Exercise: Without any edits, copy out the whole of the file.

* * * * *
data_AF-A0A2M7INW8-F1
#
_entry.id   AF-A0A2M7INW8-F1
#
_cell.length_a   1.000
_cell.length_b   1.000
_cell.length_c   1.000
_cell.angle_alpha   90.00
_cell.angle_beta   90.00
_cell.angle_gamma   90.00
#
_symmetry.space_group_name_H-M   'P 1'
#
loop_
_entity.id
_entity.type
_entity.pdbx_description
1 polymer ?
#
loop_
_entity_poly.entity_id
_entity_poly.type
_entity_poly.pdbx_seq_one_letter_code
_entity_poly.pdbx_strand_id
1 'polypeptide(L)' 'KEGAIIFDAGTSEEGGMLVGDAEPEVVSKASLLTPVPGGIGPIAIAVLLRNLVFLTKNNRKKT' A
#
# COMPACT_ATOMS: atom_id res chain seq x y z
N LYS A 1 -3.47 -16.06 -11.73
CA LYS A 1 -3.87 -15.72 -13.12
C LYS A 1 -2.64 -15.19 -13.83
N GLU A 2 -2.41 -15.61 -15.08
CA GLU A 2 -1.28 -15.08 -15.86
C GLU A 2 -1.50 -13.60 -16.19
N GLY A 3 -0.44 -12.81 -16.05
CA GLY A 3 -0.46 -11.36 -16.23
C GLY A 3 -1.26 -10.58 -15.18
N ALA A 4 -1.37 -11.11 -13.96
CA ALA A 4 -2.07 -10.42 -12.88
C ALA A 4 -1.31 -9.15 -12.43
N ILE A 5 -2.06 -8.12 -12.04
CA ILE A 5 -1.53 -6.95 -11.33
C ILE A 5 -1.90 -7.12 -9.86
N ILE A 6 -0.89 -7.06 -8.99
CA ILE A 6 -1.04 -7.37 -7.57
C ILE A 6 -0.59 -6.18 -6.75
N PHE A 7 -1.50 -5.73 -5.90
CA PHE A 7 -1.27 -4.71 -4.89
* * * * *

data_AF-A0A2M7INW8-F1
#
_entry.id   AF-A0A2M7INW8-F1
#
_cell.length_a   1.000
_cell.length_b   1.000
_cell.length_c   1.000
_cell.angle_alpha   90.00
_cell.angle_beta   90.00
_cell.angle_gamma   90.00
#
_symmetry.space_group_name_H-M   'P 1'
#
loop_
_entity.id
_entity.type
_entity.pdbx_description
1 polymer ?
#
loop_
_entity_poly.entity_id
_entity_poly.type
_entity_poly.pdbx_seq_one_letter_code
_entity_poly.pdbx_strand_id
1 'polypeptide(L)' 'KEGAIIFDAGTSEEGGMLVGDAEPEVVSKASLLTPVPGGIGPIAIAVLLRNLVFLTKNNRKKT' A
#
# COMPACT_ATOMS: atom_id res chain seq x y z
N LYS A 1 -3.47 -16.06 -11.73
CA LYS A 1 -3.87 -15.72 -13.12
C LYS A 1 -2.64 -15.19 -13.83
N GLU A 2 -2.41 -15.61 -15.08
CA GLU A 2 -1.28 -15.08 -15.86
C GLU A 2 -1.50 -13.60 -16.19
N GLY A 3 -0.44 -12.81 -16.05
CA GLY A 3 -0.46 -11.36 -16.23
C GLY A 3 -1.26 -10.58 -15.18
N ALA A 4 -1.37 -11.11 -13.96
CA ALA A 4 -2.07 -10.42 -12.88
C ALA A 4 -1.31 -9.15 -12.43
N ILE A 5 -2.06 -8.12 -12.04
CA ILE A 5 -1.53 -6.95 -11.33
C ILE A 5 -1.90 -7.12 -9.86
N ILE A 6 -0.89 -7.06 -8.99
CA ILE A 6 -1.04 -7.37 -7.57
C ILE A 6 -0.59 -6.18 -6.75
N PHE A 7 -1.50 -5.73 -5.90
CA PHE A 7 -1.27 -4.71 -4.89